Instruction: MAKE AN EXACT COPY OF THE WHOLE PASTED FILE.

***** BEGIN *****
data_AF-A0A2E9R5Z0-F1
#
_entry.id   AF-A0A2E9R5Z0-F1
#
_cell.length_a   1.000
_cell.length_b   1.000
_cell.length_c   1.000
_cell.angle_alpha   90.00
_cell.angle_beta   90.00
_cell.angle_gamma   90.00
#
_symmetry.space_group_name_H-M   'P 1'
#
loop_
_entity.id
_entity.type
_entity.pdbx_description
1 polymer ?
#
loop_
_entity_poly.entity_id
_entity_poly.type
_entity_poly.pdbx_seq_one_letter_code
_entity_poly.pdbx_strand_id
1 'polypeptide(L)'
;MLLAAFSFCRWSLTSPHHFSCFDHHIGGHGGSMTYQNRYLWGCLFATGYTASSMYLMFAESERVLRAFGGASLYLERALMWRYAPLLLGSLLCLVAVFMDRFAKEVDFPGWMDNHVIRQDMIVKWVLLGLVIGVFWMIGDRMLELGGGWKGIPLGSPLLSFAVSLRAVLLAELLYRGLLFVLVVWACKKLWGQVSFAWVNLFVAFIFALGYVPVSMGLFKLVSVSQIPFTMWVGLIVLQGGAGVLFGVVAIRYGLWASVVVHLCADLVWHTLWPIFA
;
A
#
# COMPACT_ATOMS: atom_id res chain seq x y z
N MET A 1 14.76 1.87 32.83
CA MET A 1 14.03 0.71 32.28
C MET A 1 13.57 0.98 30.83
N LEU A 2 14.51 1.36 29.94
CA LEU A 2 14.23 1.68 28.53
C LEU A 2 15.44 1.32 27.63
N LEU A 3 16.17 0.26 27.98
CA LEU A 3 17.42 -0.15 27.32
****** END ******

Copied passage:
data_AF-A0A2E9R5Z0-F1
#
_entry.id   AF-A0A2E9R5Z0-F1
#
_cell.length_a   1.000
_cell.length_b   1.000
_cell.length_c   1.000
_cell.angle_alpha   90.00
_cell.angle_beta   90.00
_cell.angle_gamma   90.00
#
_symmetry.space_group_name_H-M   'P 1'
#
loop_
_entity.id
_entity.type
_entity.pdbx_description
1 polymer ?
#
loop_
_entity_poly.entity_id
_entity_poly.type
_entity_poly.pdbx_seq_one_letter_code
_entity_poly.pdbx_strand_id
1 'polypeptide(L)'
;MLLAAFSFCRWSLTSPHHFSCFDHHIGGHGGSMTYQNRYLWGCLFATGYTASSMYLMFAESERVLRAFGGASLYLERALMWRYAPLLLGSLLCLVAVFMDRFAKEVDFPGWMDNHVIRQDMIVKWVLLGLVIGVFWMIGDRMLELGGGWKGIPLGSPLLSFAVSLRAVLLAELLYRGLLFVLVVWACKKLWGQVSFAWVNLFVAFIFALGYVPVSMGLFKLVSVSQIPFTMWVGLIVLQGGAGVLFGVVAIRYGLWASVVVHLCADLVWHTLWPIFA
;
A
#
# COMPACT_ATOMS: atom_id res chain seq x y z
N MET A 1 14.76 1.87 32.83
CA MET A 1 14.03 0.71 32.28
C MET A 1 13.57 0.98 30.83
N LEU A 2 14.51 1.36 29.94
CA LEU A 2 14.23 1.68 28.53
C LEU A 2 15.44 1.32 27.63
N LEU A 3 16.17 0.26 27.98
CA LEU A 3 17.42 -0.15 27.32